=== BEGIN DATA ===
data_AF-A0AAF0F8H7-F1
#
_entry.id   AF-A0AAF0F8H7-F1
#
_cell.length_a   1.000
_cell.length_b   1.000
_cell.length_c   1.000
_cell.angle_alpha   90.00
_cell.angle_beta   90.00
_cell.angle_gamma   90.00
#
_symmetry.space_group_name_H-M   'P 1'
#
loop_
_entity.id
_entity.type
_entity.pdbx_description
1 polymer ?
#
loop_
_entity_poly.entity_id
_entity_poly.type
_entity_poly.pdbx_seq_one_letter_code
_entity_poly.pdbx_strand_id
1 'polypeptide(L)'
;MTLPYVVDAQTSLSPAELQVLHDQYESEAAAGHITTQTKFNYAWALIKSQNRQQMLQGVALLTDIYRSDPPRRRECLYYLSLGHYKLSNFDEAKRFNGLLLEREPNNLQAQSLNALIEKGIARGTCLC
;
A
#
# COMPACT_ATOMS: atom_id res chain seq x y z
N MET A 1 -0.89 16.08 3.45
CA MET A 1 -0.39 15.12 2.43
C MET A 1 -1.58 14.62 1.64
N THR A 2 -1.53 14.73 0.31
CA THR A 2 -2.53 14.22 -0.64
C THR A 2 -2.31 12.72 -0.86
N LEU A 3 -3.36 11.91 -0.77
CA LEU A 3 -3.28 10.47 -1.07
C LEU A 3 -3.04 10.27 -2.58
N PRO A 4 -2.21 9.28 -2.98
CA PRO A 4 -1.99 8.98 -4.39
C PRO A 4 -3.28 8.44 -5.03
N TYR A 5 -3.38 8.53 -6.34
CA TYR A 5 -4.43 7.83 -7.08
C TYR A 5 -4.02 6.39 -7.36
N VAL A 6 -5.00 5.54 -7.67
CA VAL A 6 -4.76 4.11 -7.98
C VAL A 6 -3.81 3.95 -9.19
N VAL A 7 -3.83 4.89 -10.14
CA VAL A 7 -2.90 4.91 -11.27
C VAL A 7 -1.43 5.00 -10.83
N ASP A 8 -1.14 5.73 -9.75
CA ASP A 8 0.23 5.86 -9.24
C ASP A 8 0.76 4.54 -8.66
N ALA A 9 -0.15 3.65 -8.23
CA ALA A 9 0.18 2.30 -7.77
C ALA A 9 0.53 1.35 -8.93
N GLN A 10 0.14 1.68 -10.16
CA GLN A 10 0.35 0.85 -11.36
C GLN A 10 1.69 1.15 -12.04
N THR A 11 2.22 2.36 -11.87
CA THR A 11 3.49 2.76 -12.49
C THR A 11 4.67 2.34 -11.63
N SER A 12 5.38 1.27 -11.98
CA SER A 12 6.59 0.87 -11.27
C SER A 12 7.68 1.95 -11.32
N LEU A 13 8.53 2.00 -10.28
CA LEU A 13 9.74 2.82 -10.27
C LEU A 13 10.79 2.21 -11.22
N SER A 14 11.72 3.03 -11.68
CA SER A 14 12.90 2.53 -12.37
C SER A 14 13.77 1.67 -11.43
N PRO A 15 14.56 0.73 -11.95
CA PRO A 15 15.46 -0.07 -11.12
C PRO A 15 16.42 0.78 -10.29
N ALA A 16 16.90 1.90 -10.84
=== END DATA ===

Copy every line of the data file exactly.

data_AF-A0AAF0F8H7-F1
#
_entry.id   AF-A0AAF0F8H7-F1
#
_cell.length_a   1.000
_cell.length_b   1.000
_cell.length_c   1.000
_cell.angle_alpha   90.00
_cell.angle_beta   90.00
_cell.angle_gamma   90.00
#
_symmetry.space_group_name_H-M   'P 1'
#
loop_
_entity.id
_entity.type
_entity.pdbx_description
1 polymer ?
#
loop_
_entity_poly.entity_id
_entity_poly.type
_entity_poly.pdbx_seq_one_letter_code
_entity_poly.pdbx_strand_id
1 'polypeptide(L)'
;MTLPYVVDAQTSLSPAELQVLHDQYESEAAAGHITTQTKFNYAWALIKSQNRQQMLQGVALLTDIYRSDPPRRRECLYYLSLGHYKLSNFDEAKRFNGLLLEREPNNLQAQSLNALIEKGIARGTCLC
;
A
#
# COMPACT_ATOMS: atom_id res chain seq x y z
N MET A 1 -0.89 16.08 3.45
CA MET A 1 -0.39 15.12 2.43
C MET A 1 -1.58 14.62 1.64
N THR A 2 -1.53 14.73 0.31
CA THR A 2 -2.53 14.22 -0.64
C THR A 2 -2.31 12.72 -0.86
N LEU A 3 -3.36 11.91 -0.77
CA LEU A 3 -3.28 10.47 -1.07
C LEU A 3 -3.04 10.27 -2.58
N PRO A 4 -2.21 9.28 -2.98
CA PRO A 4 -1.99 8.98 -4.39
C PRO A 4 -3.28 8.44 -5.03
N TYR A 5 -3.38 8.53 -6.34
CA TYR A 5 -4.43 7.83 -7.08
C TYR A 5 -4.02 6.39 -7.36
N VAL A 6 -5.00 5.54 -7.67
CA VAL A 6 -4.76 4.11 -7.98
C VAL A 6 -3.81 3.95 -9.19
N VAL A 7 -3.83 4.89 -10.14
CA VAL A 7 -2.90 4.91 -11.27
C VAL A 7 -1.43 5.00 -10.83
N ASP A 8 -1.14 5.73 -9.75
CA ASP A 8 0.23 5.86 -9.24
C ASP A 8 0.76 4.54 -8.66
N ALA A 9 -0.15 3.65 -8.23
CA ALA A 9 0.18 2.30 -7.77
C ALA A 9 0.53 1.35 -8.93
N GLN A 10 0.14 1.68 -10.16
CA GLN A 10 0.35 0.85 -11.36
C GLN A 10 1.69 1.15 -12.04
N THR A 11 2.22 2.36 -11.87
CA THR A 11 3.49 2.76 -12.49
C THR A 11 4.67 2.34 -11.63
N SER A 12 5.38 1.27 -11.98
CA SER A 12 6.59 0.87 -11.27
C SER A 12 7.68 1.95 -11.32
N LEU A 13 8.53 2.00 -10.28
CA LEU A 13 9.74 2.82 -10.27
C LEU A 13 10.79 2.21 -11.22
N SER A 14 11.72 3.03 -11.68
CA SER A 14 12.90 2.53 -12.37
C SER A 14 13.77 1.67 -11.43
N PRO A 15 14.56 0.73 -11.95
CA PRO A 15 15.46 -0.07 -11.12
C PRO A 15 16.42 0.78 -10.29
N ALA A 16 16.90 1.90 -10.84